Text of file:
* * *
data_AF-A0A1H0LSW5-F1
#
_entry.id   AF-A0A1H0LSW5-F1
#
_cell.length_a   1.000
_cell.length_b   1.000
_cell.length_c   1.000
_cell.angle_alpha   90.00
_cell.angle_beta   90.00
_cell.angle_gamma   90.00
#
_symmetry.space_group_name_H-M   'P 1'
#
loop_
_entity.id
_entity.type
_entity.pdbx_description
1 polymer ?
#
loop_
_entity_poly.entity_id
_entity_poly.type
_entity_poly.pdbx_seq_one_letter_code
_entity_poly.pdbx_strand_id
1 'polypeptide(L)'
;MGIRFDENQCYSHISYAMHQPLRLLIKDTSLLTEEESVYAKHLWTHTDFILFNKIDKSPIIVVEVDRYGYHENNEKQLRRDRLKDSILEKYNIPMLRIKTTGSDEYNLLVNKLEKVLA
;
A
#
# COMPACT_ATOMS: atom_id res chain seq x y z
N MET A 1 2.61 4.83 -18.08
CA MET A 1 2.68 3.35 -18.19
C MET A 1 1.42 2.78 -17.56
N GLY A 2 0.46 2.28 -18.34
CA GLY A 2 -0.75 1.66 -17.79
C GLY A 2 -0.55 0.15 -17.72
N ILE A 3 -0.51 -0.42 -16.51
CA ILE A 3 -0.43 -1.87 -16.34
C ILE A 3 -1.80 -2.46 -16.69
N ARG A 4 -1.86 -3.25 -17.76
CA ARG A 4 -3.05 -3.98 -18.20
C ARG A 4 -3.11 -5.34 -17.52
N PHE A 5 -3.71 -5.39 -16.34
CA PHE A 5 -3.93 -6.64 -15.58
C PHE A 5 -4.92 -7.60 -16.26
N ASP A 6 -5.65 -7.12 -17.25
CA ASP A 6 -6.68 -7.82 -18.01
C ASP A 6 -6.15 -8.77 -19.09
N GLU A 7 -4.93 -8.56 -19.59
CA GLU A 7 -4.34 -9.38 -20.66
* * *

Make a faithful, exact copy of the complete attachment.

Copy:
data_AF-A0A1H0LSW5-F1
#
_entry.id   AF-A0A1H0LSW5-F1
#
_cell.length_a   1.000
_cell.length_b   1.000
_cell.length_c   1.000
_cell.angle_alpha   90.00
_cell.angle_beta   90.00
_cell.angle_gamma   90.00
#
_symmetry.space_group_name_H-M   'P 1'
#
loop_
_entity.id
_entity.type
_entity.pdbx_description
1 polymer ?
#
loop_
_entity_poly.entity_id
_entity_poly.type
_entity_poly.pdbx_seq_one_letter_code
_entity_poly.pdbx_strand_id
1 'polypeptide(L)'
;MGIRFDENQCYSHISYAMHQPLRLLIKDTSLLTEEESVYAKHLWTHTDFILFNKIDKSPIIVVEVDRYGYHENNEKQLRRDRLKDSILEKYNIPMLRIKTTGSDEYNLLVNKLEKVLA
;
A
#
# COMPACT_ATOMS: atom_id res chain seq x y z
N MET A 1 2.61 4.83 -18.08
CA MET A 1 2.68 3.35 -18.19
C MET A 1 1.42 2.78 -17.56
N GLY A 2 0.46 2.28 -18.34
CA GLY A 2 -0.75 1.66 -17.79
C GLY A 2 -0.55 0.15 -17.72
N ILE A 3 -0.51 -0.42 -16.51
CA ILE A 3 -0.43 -1.87 -16.34
C ILE A 3 -1.80 -2.46 -16.69
N ARG A 4 -1.86 -3.25 -17.76
CA ARG A 4 -3.05 -3.98 -18.20
C ARG A 4 -3.11 -5.34 -17.52
N PHE A 5 -3.71 -5.39 -16.34
CA PHE A 5 -3.93 -6.64 -15.58
C PHE A 5 -4.92 -7.60 -16.26
N ASP A 6 -5.65 -7.12 -17.25
CA ASP A 6 -6.68 -7.82 -18.01
C ASP A 6 -6.15 -8.77 -19.09
N GLU A 7 -4.93 -8.56 -19.59
CA GLU A 7 -4.34 -9.38 -20.66